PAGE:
In summary
Perampanel is a long-acting novel AED with a unique mechanism of action. Perampanel has a long elimination half-life (average 105 hours), allowing once daily dosing at night (Table 1).13 Concomitant EIAEDs may reduce its efficacy, necessitating higher doses than with non-EIAEDs. Behavioural AEs may occur at high doses, especially in patients with psychiatric comorbidities.

Table 1: Perampanel titration and prescribing plan.1,13

  • The elimination half-life is 53–136 hours
  • The time to steady-state is 11–28 days
  • Induced patients take 2 weeks and uninduced patients take as long as 4 weeks to reach steady state, so slow titration, up to every 4 weeks, will benefit patients
  • Start with perampanel 2 mg at night, increasing at a minimum of 2 weekly intervals by 2 mg increments up to 6 mg
  • Titrate even more slowly above 6 mg as necessary
  • Consider higher daily doses in patients taking concomitant EIAEDs such as carbamazepine
  • Switch to twice daily administration if peak dose tolerability appears to be an emerging problem
  • Monitor behavioural AEs, particularly in doses exceeding 6 mg daily, planning to reduce the dose if necessary
  • Long elimination half-life = slow titration

Evidence and use of perampanel as an early adjunctive therapy in epilepsy

Dr Vicente Villanueva of the Neurology Service, Hospital La Fe, Valencia, Spain, discussed the rationale for use of perampanel as early adjunctive therapy in clinical practice. Currently, the available AEDs include those that act on sodium channels, calcium channels, γ-aminobutyric acid, synaptic vesicle glycoprotein 2A, potassium channels, and glutamate, including AMPA, N-methyl-D-aspartic acid, and kainate.14–19 The mechanism of action of perampanel is unique, as it is the only drug to act as a non-competitive AMPA receptor antagonist in the glutamate pathway.

Mechanism of action
The aim of rational polytherapy is to increase efficacy (synergism) and decrease AEs (antagonism) by combining drugs on the basis of their mechanisms of action, and should include combinations for which there is evidence to suggest a favourable interaction. Perampanel may offer the advantage of new combinations, as it has shown efficacy regardless of the mechanism of action of the concomitant AEDs (including carbamazepine, valproic acid, lamotrigine, levetiracetam, and oxcarbazine), both in clinical trials and in realworld studies.5,20

The FYDATA (Follow-up of 1 Year Data of paTients on perAmpanel) study investigated the efficacy and safety of adjunctive perampanel in patients with POS in real-world clinical practice in Spain.21 This was a multicentre, retrospective, 1-year, observational study in patients aged 12 years and older who had at least one POS in the previous year. Treatment with perampanel was given according to the usual clinical practice at the centres. Most of the patients had complicated treatment histories, having tried a mean of 7.8 prior AEDs.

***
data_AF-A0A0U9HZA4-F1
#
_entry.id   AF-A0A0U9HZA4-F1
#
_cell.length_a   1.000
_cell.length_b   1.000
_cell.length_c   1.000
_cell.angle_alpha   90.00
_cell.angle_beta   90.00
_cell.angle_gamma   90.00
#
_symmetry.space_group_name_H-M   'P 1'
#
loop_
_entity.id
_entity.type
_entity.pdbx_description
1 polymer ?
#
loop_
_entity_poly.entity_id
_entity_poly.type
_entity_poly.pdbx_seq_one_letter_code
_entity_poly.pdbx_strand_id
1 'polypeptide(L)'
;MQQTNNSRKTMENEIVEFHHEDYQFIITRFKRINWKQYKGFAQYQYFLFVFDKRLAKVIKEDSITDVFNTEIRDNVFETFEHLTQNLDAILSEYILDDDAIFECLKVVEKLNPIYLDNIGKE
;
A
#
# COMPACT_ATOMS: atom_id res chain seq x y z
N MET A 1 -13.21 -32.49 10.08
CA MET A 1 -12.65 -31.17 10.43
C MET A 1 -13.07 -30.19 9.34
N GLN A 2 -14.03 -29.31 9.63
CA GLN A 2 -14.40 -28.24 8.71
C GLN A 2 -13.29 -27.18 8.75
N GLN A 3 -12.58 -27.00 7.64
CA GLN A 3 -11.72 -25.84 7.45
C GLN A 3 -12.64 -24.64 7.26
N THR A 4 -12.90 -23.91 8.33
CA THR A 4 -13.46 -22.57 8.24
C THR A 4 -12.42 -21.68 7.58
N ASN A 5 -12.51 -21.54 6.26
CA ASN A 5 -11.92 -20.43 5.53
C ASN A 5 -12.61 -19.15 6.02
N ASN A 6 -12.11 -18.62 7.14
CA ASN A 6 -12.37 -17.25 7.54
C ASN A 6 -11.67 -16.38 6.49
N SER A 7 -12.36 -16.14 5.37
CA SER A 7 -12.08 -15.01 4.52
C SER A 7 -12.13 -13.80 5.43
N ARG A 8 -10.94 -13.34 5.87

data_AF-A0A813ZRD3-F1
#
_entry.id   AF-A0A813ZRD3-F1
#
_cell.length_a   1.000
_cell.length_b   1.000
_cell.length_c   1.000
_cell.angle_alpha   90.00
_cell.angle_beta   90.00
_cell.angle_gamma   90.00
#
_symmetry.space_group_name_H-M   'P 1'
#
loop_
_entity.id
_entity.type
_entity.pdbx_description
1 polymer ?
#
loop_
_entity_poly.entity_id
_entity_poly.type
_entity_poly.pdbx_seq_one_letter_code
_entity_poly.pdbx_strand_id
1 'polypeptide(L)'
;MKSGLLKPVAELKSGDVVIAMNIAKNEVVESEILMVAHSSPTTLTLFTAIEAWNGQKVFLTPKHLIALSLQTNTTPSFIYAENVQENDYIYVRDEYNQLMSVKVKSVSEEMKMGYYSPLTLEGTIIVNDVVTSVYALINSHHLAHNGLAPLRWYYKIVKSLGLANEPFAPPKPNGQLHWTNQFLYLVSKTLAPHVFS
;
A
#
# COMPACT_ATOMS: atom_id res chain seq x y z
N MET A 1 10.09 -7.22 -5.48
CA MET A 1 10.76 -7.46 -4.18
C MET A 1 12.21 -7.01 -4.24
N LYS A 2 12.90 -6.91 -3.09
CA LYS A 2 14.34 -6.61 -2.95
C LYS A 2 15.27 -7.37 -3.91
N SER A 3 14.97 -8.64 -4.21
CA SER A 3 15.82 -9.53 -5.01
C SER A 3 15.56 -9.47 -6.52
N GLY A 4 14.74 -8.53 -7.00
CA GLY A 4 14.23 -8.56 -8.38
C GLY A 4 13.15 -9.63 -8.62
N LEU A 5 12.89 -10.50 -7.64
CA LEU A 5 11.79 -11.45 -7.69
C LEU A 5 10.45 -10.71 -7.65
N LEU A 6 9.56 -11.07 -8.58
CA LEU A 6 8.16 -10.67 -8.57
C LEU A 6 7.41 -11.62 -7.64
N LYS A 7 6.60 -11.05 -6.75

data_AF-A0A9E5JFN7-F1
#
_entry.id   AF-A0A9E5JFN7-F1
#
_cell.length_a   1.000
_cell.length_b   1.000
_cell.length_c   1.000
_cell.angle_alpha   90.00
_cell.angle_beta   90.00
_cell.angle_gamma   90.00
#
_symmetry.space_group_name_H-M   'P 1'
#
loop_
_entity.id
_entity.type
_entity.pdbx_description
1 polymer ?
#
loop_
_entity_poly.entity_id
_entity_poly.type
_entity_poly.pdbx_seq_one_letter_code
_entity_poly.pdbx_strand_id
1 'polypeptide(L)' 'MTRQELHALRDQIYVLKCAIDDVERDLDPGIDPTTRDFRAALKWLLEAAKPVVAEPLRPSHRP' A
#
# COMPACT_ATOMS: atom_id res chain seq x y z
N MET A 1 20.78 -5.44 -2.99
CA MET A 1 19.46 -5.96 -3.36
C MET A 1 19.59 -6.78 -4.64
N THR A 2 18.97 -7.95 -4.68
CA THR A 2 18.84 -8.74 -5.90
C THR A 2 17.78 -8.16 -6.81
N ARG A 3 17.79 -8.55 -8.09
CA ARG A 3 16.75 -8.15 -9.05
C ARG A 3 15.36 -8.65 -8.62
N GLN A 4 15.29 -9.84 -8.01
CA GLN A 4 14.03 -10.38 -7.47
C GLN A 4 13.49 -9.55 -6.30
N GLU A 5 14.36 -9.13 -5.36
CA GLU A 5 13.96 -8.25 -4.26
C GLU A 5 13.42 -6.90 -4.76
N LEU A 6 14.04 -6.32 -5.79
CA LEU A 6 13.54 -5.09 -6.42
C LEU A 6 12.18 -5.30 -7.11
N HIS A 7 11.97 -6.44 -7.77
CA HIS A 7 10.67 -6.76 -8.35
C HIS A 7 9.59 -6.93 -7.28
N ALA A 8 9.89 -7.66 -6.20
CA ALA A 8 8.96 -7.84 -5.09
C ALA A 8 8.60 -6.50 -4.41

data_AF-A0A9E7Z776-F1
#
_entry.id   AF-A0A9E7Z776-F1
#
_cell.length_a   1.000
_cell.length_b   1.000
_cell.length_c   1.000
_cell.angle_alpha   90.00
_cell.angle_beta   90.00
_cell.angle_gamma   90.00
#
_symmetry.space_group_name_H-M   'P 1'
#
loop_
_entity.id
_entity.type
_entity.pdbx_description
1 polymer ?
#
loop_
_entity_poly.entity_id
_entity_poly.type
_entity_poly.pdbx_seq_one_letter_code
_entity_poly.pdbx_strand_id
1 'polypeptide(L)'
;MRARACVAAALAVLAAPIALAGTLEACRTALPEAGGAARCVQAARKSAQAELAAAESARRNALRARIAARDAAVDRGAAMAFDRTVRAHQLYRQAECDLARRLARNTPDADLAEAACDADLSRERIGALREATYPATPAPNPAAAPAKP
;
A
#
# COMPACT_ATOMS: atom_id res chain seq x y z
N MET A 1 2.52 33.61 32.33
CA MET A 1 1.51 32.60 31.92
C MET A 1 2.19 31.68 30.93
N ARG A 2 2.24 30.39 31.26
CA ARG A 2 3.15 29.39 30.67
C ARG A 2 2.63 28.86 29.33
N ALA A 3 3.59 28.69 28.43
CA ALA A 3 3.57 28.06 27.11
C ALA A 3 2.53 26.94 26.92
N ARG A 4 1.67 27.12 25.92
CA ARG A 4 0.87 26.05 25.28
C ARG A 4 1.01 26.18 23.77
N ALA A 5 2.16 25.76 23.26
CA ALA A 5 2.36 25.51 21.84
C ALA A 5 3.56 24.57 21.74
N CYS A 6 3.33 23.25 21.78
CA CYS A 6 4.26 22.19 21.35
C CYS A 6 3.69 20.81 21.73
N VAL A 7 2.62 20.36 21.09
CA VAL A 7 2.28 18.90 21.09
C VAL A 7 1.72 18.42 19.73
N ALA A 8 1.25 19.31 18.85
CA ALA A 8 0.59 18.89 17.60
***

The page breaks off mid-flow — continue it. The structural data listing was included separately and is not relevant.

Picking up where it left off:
Comparison of perampanel in patients taking sodium channel blockers with those who were not taking sodium channel blockers found no statistical difference in ≥50% responder rate (26.2% vs 36.7%; p=0.270). Owing to the novel mechanism of action of perampanel it is possible that it could have an additive effect to many other AED classes.

Spectrum of activity
The spectrum of activity may be one of  the most important advantages of an AED. When first diagnosing epilepsy, the type of seizure may be unclassified in approximately 20% of patients after 1 seizure and 12% after more than one seizure.22 Undetermined seizure type at the time of diagnosis makes it difficult to select an appropriate broad-spectrum AED that will not aggravate seizures.23,24 The currently available broad-spectrum first-line options include valproate, lamotrigine, topiramate, levetiracetam, or zonisamide.25–29

In 2014, the European Medicines Agency strengthened warnings on the use of valproate in women and girls due to the risk of malformations and developmental problems in babies who are exposed to valproate in the womb.30 Preclusion of valproate as a treatment option has increased the difficulties of treating women and girls with generalised or unclassified epilepsy. However, perampanel has provided another treatment option, as it has been shown to be effective in IGE. Perampanel reduced PGTC seizure frequency by 76.5% (vs 38.4% for placebo; p < 0.0001) and achieved a 50% PGTC seizure responder rate of 64.2% (vs 39.5% for placebo; p=0.0019),31 which is similar to the result for levetiracetam for PGTC seizure freedom.32 Similarly, there is additional efficacy of perampanel in secondarily generalised tonic-clonic seizures over focal seizures and compared with some other AEDs.33,34 

Extrapolation of this result to realworld clinical practice is shown in the FYDATA study. In patients with secondarily generalised seizures and focal seizures, median seizure reduction was 33.0% in the overall population (last observation carried forward [LOCF]) and 58.3% in patients who completed 1 year (Figure 2a).